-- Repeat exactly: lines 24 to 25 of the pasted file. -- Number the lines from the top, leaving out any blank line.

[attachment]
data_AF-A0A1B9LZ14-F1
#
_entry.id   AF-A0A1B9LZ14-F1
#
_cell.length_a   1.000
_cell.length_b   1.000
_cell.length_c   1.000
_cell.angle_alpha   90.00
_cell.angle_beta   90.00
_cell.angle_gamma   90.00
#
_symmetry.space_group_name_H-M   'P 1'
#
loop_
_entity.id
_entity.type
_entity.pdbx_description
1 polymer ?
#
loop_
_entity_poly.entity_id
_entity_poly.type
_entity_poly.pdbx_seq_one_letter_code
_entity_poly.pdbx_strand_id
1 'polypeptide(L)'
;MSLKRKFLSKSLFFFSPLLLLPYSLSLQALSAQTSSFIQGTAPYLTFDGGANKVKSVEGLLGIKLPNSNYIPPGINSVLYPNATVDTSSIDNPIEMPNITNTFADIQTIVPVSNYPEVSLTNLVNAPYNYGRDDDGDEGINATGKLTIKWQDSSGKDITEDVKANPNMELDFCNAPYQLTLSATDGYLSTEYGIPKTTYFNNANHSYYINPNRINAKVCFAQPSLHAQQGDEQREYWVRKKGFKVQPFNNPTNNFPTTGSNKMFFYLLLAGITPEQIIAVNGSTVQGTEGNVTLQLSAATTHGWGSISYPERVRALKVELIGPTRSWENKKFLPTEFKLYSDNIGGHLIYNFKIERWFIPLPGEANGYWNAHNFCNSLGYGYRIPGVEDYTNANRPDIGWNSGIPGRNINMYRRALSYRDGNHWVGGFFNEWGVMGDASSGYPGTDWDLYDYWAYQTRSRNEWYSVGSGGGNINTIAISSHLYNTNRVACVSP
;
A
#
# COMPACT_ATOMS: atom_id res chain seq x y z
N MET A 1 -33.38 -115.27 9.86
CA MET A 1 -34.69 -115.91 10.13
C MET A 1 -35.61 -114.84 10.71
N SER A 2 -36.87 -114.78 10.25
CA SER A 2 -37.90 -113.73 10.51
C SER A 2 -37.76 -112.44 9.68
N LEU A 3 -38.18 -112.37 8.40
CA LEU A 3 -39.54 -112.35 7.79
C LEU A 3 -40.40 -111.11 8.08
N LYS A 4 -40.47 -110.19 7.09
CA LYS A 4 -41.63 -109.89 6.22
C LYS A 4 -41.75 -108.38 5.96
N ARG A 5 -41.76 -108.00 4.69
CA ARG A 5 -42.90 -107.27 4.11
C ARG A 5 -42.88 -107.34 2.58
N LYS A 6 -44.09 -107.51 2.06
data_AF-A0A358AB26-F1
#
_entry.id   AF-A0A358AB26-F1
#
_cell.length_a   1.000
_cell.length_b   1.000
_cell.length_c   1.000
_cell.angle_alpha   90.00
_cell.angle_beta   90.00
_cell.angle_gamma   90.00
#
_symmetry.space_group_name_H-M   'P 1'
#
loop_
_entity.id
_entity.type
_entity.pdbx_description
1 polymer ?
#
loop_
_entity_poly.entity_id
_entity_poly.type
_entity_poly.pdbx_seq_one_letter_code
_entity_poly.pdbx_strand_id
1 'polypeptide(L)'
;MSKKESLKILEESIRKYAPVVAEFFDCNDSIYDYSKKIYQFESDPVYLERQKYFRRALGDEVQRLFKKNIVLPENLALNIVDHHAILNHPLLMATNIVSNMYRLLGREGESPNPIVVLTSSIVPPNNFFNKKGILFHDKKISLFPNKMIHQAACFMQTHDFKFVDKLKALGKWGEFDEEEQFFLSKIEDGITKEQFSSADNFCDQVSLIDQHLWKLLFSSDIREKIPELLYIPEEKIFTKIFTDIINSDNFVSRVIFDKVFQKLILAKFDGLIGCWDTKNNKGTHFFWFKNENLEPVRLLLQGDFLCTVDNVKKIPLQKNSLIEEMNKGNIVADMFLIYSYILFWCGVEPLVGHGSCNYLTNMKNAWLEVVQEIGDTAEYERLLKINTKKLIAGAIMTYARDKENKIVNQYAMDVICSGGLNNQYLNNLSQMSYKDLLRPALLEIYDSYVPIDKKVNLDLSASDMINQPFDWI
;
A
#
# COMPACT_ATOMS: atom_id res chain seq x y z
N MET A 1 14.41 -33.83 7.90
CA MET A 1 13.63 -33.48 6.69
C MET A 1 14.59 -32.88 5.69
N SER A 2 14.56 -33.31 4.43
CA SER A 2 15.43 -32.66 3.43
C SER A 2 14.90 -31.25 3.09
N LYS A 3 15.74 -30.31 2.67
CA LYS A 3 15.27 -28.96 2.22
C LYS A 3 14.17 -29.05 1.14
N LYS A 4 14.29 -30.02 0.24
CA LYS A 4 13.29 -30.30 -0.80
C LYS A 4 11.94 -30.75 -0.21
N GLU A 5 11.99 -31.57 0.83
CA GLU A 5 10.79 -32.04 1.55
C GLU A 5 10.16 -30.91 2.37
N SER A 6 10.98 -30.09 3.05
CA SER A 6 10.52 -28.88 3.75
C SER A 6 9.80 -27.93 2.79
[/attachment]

_entity_poly.pdbx_strand_id
1 'polypeptide(L)'